At birth, your child’s brain is
the size of your child’s adult brain.
By 3 years old, it’s at 80%!
It’s not just about the quantity of nerve cells though, it’s all about the connections!
Significant connections or synapses get made between nerve cells (neurons) during the first years of a child’s life. This effectively programs child development.
A 3 year old will have around 1000 trillion brain connections or synapses which are selectively pruned later on in life.
Nerve cell connections are built by:
So, it’s vital that they are exposed to a range of age appropriate experiences that help build these connections in a positive way.
Not only that, the more often nerve cells pathways fire, the stronger the connections will become so repeated practice at the same activity will help stabilize these connections.
“Neurons that fire together wire together” said Canadian psychologist Donald Hebb
As these brain pathways stabilize, it makes them much harder to change later on. It’s vital to get it right early on in a child’s life.
The foundation of brain development is so important too as higher level pathways are built on lower level ones. You need a strong foundation to gain the more complex and higher order brain processing that will happen later on in their lives.
Invest in your child’s physical development early on and you will be helping to develop an active, well connected brain that will allow your child to flourish at school.
Check out my post Did you know poor Motor Skills Development can impact your Child’s Learning? to find out more on the link between motor skills and a well connected brain ready for learning.
In future posts, I’ll review a range of active toys and show you how each type of toy will stimulate the sensory systems and can benefit your child’s motor skill and brain development
Until then, keep active,
I’m a child of the seventies and remember, with the nostalgic fuzziness of time, learning to ride a two wheel bike. A rite of passage that most children go through which offers, once mastered, a sense of divine freedom to explore the neighbourhood. Not to mention the amazing array of gross motor skill development that goes with it!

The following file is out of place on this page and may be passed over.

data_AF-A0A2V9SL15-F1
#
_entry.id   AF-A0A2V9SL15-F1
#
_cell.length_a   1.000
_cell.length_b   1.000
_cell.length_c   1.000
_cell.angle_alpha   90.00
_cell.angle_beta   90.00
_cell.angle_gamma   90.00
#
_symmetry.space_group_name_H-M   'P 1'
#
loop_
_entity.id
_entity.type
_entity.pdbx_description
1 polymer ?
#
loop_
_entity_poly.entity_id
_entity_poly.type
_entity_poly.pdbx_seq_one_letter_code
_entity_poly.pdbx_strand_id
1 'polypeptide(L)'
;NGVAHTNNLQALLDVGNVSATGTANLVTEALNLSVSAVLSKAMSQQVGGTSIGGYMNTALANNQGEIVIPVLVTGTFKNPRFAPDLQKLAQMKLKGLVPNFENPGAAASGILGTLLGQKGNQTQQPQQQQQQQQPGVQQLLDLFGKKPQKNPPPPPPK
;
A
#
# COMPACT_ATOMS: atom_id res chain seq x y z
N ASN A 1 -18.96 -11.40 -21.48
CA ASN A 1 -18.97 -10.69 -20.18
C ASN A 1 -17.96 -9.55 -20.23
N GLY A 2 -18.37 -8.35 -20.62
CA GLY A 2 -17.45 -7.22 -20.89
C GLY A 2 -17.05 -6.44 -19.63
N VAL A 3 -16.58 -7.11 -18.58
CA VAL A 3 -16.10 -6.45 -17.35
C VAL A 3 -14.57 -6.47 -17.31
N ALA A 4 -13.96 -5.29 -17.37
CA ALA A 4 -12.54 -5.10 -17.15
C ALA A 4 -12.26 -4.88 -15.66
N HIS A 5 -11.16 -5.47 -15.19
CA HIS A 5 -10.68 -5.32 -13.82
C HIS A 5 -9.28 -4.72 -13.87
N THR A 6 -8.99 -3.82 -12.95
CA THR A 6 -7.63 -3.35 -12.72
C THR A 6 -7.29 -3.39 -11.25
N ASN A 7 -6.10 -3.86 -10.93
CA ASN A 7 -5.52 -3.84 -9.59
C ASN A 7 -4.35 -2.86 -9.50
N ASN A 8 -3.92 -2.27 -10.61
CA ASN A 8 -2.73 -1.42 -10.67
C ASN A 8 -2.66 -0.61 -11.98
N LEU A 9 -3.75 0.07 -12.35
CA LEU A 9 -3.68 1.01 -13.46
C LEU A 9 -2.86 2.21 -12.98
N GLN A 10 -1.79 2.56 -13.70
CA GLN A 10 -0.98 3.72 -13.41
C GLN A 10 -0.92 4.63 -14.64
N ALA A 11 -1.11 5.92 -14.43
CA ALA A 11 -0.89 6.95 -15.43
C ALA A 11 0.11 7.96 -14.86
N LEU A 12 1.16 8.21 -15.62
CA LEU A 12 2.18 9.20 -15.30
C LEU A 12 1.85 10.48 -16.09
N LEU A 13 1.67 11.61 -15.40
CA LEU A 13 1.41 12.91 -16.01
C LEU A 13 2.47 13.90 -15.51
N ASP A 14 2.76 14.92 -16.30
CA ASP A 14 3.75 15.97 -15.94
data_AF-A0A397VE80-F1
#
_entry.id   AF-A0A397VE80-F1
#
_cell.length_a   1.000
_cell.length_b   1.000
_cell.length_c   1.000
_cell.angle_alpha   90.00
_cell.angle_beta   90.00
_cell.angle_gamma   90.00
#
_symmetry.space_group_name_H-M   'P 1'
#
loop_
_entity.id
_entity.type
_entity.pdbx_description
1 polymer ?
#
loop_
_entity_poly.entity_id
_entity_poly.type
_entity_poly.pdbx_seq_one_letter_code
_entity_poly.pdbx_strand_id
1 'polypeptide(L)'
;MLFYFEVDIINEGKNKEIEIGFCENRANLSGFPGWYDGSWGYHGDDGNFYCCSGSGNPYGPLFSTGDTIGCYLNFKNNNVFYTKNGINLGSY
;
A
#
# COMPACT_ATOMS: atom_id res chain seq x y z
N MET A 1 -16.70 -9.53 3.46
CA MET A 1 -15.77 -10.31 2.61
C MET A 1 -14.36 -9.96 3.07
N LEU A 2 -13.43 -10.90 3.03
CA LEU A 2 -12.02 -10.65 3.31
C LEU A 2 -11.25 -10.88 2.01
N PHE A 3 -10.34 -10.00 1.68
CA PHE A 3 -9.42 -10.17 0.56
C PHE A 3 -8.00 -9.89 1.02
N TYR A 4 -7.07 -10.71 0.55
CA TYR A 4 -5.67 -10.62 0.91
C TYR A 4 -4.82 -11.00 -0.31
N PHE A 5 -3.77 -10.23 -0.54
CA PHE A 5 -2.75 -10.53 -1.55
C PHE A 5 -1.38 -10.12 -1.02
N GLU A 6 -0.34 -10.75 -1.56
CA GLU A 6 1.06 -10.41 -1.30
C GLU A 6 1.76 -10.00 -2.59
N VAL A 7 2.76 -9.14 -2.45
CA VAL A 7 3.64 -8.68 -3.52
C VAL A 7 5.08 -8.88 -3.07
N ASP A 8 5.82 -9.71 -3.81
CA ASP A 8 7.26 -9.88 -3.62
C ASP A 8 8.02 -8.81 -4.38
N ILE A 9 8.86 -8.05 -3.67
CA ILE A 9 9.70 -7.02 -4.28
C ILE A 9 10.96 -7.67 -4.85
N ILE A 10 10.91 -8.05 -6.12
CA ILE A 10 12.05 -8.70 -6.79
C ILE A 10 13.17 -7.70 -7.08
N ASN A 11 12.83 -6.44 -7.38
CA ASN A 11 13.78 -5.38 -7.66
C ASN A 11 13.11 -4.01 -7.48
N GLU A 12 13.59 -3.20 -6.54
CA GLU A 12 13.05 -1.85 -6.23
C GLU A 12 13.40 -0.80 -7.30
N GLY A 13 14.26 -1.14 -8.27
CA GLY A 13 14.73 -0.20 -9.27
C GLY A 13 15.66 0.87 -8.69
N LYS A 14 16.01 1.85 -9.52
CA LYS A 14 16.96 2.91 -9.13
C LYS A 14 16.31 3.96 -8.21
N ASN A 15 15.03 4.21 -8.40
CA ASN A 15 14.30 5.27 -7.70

Mix that memory with a good dollop of stress on both the child and parents’ part, plenty of bruises and scabs from frequent tumbles, many months of trying, a gradually building back problem for the parent and you are close to reality!
Learning to ride a bike the old fashioned way was never easy…..and here’s why!
Stabilisers (or training wheels as they are known in some countries) were developed to solve the very real problem that it is hard to balance on a two wheeled bike. And being able to ride a bike is such a great skill to have in life. It offers a sense of independence for your child as well as the development of so many gross motor skills. Leg, arm and core strength, balance and endurance to name a few.
It gives an opportunity to stimulate their senses, improving sensory processing, and gets your child outdoors which improves mood and reduces stress levels. It’s a cheap method of transport, and is environmentally green.
Yes, you could argue that they start to build up some of those skills by riding a bike on stabilisers but dynamic balance is a vital skill. There is a complex set of brain activity going on using many of the sensory and motor control systems. Plus, riding with training wheels forever is not cool!
So, at some stage, out comes the tool box and the stabilisers have to go. Then come the tears!